Fetterman, who serves alongside Gov. Tom Wolf (D-York), ran for lieutenant governor in 2018 and defeated incumbent Mike Stack and several other challengers in the Democratic Primary, then took on the role when Wolf won reelection in 2018. During his tenure, Fetterman has made a name for himself as the more vocally progressive between him and Wolf, pushing the governor to directly advocate for issues like legalizing recreational marijuana. Before taking office as lieutenant governor, Fetterman served as the Mayor of Braddock from 2005-2018.
In his campaign announcement, Fetterman painted himself as someone who can appeal to many different groups in Pennsylvania, including more conservative voters living in rural or small towns, and even Democrats who voted for Donald Trump.
"We don't have to agree on everything, but I will always tell you what I believe is the truth," he said in his announcement video. "I'm going to fight, not for one part of Pennsylvania, not for one party of Pennsylvania, but for one Pennsylvania."
In a press release for the announcement, Fetterman also touted his support of several progressive issues, including his support of unions, criminal justice reform, and protections for people in the LGBTQ community. In an interview, he also said he supported ending the filibuster rule in the Senate.
"I believe that every community and every county in Pennsylvania is worth fighting for," said Fetterman. "As a member of the United States Senate, I will never stop fighting for these core values and these communities, just as I have for the last 20 years."
This will be Fetterman's second senate race; he ran in 2016 but lost the nomination to Democrat Katie McGinty, who in turn lost the race to incumbent Toomey. But Fetterman still garnered sizable support during his first run, gaining 20% of the vote and winning Allegheny County.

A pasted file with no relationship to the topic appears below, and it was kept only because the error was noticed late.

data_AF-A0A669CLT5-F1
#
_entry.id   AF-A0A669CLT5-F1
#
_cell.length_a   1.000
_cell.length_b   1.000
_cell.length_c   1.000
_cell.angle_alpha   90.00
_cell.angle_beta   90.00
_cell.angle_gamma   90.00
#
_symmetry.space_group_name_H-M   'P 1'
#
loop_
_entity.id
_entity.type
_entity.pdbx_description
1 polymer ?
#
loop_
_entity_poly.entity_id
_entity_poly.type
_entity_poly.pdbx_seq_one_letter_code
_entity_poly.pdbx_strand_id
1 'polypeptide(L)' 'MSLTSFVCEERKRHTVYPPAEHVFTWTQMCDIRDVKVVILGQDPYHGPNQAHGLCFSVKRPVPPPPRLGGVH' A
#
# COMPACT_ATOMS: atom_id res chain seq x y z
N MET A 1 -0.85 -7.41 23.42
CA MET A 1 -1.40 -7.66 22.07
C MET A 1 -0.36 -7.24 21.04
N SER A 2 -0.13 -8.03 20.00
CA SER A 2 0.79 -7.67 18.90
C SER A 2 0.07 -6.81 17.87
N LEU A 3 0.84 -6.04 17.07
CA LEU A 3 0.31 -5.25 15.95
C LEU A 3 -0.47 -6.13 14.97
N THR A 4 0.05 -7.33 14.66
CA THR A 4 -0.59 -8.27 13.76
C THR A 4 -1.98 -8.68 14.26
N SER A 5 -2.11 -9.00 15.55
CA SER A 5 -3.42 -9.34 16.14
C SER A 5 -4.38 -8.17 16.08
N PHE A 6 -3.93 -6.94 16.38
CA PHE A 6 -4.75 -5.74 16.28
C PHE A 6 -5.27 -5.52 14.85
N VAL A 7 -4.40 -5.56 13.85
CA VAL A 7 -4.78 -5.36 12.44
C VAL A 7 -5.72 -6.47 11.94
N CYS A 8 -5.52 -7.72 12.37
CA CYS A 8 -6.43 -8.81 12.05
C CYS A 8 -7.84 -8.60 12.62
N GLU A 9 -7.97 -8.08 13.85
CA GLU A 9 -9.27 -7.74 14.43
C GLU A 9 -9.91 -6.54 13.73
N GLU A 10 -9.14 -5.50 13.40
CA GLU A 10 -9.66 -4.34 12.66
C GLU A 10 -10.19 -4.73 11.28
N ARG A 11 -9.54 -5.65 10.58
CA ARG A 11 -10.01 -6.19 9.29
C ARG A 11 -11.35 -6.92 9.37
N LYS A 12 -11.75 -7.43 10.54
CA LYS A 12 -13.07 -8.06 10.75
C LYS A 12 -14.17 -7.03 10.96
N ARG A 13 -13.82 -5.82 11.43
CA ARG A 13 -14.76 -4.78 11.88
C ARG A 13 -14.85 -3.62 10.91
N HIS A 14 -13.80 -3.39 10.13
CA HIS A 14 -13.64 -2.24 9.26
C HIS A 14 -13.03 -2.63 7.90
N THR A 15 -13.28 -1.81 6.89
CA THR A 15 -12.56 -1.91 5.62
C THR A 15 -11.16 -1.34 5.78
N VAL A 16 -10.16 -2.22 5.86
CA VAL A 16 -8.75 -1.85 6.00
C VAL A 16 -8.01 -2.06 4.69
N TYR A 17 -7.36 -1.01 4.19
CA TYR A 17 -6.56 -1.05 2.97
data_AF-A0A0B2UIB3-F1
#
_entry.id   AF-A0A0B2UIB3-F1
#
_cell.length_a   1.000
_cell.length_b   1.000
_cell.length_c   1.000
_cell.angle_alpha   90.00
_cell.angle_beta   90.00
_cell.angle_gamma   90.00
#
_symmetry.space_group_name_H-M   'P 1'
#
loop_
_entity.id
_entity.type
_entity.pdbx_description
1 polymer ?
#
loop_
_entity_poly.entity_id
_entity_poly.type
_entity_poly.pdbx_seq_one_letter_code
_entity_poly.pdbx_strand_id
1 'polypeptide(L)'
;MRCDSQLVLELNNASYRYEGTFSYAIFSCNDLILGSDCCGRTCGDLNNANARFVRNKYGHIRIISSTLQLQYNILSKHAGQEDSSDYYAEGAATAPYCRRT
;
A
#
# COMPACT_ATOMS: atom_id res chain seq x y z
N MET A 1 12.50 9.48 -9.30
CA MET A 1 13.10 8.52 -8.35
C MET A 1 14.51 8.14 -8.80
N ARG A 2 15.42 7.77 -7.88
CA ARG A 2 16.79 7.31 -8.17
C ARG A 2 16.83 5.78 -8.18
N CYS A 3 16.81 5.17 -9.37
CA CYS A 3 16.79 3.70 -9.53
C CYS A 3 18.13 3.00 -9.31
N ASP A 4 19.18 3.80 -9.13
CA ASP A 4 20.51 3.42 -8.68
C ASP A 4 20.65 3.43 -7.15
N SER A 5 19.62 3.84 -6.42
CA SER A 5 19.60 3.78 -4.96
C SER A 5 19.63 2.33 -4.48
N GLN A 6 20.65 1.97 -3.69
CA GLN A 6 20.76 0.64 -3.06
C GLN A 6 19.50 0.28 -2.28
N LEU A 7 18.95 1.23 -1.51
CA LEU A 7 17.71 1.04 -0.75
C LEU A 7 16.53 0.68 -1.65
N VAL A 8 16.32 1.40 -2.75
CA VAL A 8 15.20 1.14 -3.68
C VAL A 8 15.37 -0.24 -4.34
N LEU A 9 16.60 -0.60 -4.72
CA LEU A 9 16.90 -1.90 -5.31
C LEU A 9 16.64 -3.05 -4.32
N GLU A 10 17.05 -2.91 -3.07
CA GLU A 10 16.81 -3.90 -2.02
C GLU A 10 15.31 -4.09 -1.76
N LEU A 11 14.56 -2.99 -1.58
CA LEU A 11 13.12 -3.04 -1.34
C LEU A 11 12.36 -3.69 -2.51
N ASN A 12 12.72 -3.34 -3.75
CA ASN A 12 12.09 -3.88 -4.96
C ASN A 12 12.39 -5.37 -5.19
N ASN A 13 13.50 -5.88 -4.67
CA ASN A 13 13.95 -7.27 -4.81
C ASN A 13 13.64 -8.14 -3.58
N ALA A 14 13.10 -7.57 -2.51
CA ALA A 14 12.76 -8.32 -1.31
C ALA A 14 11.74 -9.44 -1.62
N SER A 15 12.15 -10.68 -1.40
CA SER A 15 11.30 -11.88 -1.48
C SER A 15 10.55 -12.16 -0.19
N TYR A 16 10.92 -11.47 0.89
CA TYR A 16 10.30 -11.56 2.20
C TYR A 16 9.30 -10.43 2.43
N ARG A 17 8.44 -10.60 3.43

The announcement of Fetterman's second senate run isn't really a surprise, as the media attention he's been courting since his days as Mayor has increased significantly in the last several months. Fetterman regularly appears at the on national TV to voice his disdain for Trump or advocate for legal marijuana. When Trump threatened to file lawsuits to discredit votes in Pennsylvania, said on NBC that “[Trump] could sue a ham sandwich and it’s not going to change anything.”
He, along with his wife Gisele Fetterman, have been highlighted in news outlets from across the state, as well Teen Vogue and Glamour magazines.
As national attention for Fetterman has grown, outsiders have come to appreciate or gawk at the first thing everyone notices about Fetterman, which is his height of 6 feet 8 inches, his abundant tattoos, and his aggressively casual appearance. The man is known for wearing the same workman's button-down in nearly every photo.
For all the attention he garners on social media and in the news, Fetterman is not without his critics, from both ends of the political spectrum. Last month, Republicans in Pennsylvania's general assembly said he was breaking procedure in his attempt to get legislators to seat state Sen. Jim Brewster (D-McKeesport), whom republicans were refusing to seat. They also passed a law specifically targeting Fetterman for hanging flags out of his office window with a marijuana leaf and Pride rainbow on them.
During his first senate run, University of Pittsburgh's Young Democratic Socialists declined to endorse Fetterman, citing doubts due to Fetterman's endorsement of former state Rep. Paul Costa (D-Wilkins), who they believed was not pro-abortion access. In Jan. 2020, Fetterman also drew criticism from environmentalists because of a New York Times story where he discussed why he opposed an outright fracking ban.
In his press release, Fetterman's team says they have raised $1.3 million in donations over the last couple weeks, which they have been receiving since before Fetterman officially announced his campaign. Fetterman's campaign has already earned endorsements from labor unions United Steelworkers District 10 and the United Food and Commercial Workers Local 1776.